Besides a great performance by Cheadle, who in my mind flexes his acting chops and improved his repertoire from fine movies like 'Hotel Rwanda,' 'Crash' and the more recent 'Reign on Me,' the story and dialogue are marvelously engaging. Supporting cast Ejiofor, Sheen, and Henson keep it all real. (Guaranteed to produce both tears and laughter.) (With a cameo role of Cedric the Entertainer as "Nighthawk" Bob Terry.)"
'Talk to Me' Has Much To Say
Rudy Palma | NJ | 01/17/2008
(4 out of 5 stars)
"The Kasi Lemmons-lensed "Talk to Me," starring Don Cheadle as notorious shock jock and television personality Ralph "Petey" Greene, is an absorbing, way to spend two hours. A historical drama laced with sharp doses of comedy, the film depicts the roller coaser ride of Greene's life and provides the perfect vehicle for the incredible Cheadle to sink his teeth into.
In mid-1960's Washington D.C. Greene is five years into a sentence at Lorto Reformatory for armed robbey and already infamous as the prison disc jockey when he crosses paths with Dewey Hughes, portrayed by the engaging Chiwetel Ejiofor, a representative of local AM radio station WOL who is leaving the facility after visiting his brother.
"Your brother said y'all need a new DJ at that radio station," Greene says to Hughes. "Hey, I'm your man!"
"You're in prison," he replies.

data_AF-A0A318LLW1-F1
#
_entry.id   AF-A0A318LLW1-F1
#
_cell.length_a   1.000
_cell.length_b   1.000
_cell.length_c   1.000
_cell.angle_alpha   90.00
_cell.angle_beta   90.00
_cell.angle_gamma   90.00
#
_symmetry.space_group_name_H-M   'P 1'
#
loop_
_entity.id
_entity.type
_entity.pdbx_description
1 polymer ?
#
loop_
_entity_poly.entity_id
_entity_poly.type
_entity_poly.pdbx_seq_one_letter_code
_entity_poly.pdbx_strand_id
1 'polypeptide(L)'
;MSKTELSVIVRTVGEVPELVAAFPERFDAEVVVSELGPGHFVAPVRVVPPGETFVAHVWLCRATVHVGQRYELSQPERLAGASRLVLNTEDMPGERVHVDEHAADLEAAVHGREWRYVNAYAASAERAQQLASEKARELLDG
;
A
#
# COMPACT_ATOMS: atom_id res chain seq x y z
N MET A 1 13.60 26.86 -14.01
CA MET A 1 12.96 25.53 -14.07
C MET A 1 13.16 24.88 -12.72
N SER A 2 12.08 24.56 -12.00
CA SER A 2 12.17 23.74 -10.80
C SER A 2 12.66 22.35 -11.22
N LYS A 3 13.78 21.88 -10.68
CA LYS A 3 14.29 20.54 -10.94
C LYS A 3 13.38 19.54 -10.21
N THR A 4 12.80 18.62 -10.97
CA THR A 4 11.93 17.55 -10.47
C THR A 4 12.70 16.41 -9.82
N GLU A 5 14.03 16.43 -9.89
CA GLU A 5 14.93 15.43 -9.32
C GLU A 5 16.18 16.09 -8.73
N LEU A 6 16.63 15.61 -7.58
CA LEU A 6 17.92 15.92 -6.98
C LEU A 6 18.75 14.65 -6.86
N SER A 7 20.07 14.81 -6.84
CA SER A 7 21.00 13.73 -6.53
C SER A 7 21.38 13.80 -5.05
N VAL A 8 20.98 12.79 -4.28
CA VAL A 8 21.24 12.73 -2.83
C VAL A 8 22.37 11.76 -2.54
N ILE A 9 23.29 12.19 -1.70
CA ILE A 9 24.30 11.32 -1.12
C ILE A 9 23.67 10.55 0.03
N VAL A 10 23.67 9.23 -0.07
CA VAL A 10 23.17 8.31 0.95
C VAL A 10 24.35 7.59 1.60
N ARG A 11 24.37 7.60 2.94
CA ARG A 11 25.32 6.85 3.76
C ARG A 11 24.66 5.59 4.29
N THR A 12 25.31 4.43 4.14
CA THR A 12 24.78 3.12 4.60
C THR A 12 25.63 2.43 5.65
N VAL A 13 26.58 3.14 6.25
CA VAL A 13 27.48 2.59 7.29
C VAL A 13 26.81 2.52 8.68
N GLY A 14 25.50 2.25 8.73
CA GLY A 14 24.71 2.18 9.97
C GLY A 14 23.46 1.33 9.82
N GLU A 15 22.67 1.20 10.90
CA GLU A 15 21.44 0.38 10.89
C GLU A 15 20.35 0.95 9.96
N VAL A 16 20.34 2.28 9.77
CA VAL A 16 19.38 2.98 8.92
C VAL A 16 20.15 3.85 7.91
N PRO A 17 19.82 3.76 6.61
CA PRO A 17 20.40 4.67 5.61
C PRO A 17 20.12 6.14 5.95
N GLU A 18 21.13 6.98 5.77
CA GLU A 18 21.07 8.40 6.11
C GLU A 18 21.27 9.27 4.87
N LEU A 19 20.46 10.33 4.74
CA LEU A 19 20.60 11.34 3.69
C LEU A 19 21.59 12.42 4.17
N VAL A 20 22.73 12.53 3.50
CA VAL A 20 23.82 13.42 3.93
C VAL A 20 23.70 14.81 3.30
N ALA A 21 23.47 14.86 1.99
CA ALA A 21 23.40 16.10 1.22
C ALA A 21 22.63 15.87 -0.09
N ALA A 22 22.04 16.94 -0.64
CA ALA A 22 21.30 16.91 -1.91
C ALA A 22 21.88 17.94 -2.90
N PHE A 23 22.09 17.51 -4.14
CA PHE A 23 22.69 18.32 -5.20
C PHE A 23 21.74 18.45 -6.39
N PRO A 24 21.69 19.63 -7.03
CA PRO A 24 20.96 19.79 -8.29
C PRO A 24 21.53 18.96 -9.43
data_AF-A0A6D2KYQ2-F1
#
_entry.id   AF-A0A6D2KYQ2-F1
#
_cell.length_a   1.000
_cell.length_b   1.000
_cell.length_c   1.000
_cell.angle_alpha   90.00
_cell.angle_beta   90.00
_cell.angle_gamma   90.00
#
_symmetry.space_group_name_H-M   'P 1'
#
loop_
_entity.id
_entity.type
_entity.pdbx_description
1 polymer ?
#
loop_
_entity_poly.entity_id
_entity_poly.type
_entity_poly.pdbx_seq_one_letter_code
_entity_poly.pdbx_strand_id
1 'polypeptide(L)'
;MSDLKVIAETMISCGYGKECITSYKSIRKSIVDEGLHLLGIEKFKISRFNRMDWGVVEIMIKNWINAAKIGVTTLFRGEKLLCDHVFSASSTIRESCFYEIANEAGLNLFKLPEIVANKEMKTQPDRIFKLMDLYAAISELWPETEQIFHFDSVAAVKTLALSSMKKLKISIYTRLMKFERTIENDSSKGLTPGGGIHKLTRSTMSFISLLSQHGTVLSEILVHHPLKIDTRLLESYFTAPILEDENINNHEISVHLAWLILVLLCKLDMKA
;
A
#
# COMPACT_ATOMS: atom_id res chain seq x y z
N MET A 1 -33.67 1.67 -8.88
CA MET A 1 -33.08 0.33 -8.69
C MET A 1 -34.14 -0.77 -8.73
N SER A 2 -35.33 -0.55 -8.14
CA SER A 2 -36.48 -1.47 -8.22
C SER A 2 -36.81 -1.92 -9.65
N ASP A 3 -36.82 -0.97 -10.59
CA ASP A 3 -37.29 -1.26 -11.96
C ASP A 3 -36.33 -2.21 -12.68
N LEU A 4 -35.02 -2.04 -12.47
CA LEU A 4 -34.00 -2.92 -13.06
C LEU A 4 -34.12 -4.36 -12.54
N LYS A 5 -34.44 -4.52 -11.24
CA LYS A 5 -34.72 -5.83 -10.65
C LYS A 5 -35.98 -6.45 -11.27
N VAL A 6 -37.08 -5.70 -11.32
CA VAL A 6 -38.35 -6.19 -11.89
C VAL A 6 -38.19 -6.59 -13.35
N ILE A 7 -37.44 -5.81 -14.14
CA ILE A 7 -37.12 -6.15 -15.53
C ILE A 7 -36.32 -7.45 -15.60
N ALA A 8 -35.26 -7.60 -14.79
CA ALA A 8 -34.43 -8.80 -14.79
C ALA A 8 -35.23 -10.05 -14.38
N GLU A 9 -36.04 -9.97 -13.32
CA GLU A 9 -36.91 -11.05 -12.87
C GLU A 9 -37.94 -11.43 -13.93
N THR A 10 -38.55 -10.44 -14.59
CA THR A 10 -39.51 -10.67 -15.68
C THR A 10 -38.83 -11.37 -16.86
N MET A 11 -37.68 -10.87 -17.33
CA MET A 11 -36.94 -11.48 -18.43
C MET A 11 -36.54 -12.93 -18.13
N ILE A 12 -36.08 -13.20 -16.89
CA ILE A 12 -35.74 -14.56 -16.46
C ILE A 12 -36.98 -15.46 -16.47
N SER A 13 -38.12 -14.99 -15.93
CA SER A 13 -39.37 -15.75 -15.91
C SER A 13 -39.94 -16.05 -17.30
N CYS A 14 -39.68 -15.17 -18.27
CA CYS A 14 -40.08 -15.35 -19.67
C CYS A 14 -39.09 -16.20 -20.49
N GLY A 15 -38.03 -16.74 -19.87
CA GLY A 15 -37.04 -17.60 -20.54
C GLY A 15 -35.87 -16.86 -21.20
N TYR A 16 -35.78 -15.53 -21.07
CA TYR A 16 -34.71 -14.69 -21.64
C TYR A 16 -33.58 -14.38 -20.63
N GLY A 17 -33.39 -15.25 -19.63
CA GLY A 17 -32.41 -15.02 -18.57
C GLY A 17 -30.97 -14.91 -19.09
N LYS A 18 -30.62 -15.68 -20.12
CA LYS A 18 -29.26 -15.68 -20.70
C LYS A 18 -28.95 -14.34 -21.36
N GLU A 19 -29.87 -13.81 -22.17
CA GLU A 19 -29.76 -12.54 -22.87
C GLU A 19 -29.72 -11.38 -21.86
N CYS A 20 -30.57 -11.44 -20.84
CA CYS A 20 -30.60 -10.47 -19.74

"It's a minor challenge."
Through smart maneuvering Greene is able to procure an early release, and persistence pays off when he lands his own radio program "Rapping with Petey Greene," although he is under the watchful eye of station head E.J. Sonderling, played by Martin Sheen. Though initially fired for his dirty mouth and brazen manner, it soon becomes clear that he must be reinstated; the people have spoken, and he is their voice. When shocking events like the assassination of Dr. Martin Luther King Jr. rock the city and bring the turbulent decade to a head, Greene is there to calm the sad, the angry and all in-between as his popularity continues on the upswing. With Hughes as manger and creative partner, will he savor his newfound position as local luminary, or grow too big for his own shoes?
Cheadle nails the role not only because he is an adept comedic actor but also because he knows how to navigate the dramatic nuances that possessed Greene at the height of his fame. His range is so vast yet his performance so natural that, like most good things, it is easy to take for granted. Ejiofor is pitch-perfect as Hughes, candidly displaying the humanity of a man so hell bent on achieving success and rising above his modest upbringing that he soon becomes blind to reason and, most significantly, where he came from. Sheen is also firmly in character as the bureaucratic yet benevolent Sonderling, and Taraji P. Henson is a delight as Greene's brassy girlfriend Vernell.
The film could be a solid 20 minutes shorter, and the few but notable historical inaccuracies peppered throughout the plot are needless, especially in these days of Google and Wikipedia. However, "Talk to Me" is still nonetheless wholly entertaining and even inspiring.
Look for Cheadle to garner an Oscar nod this coming Tuesday."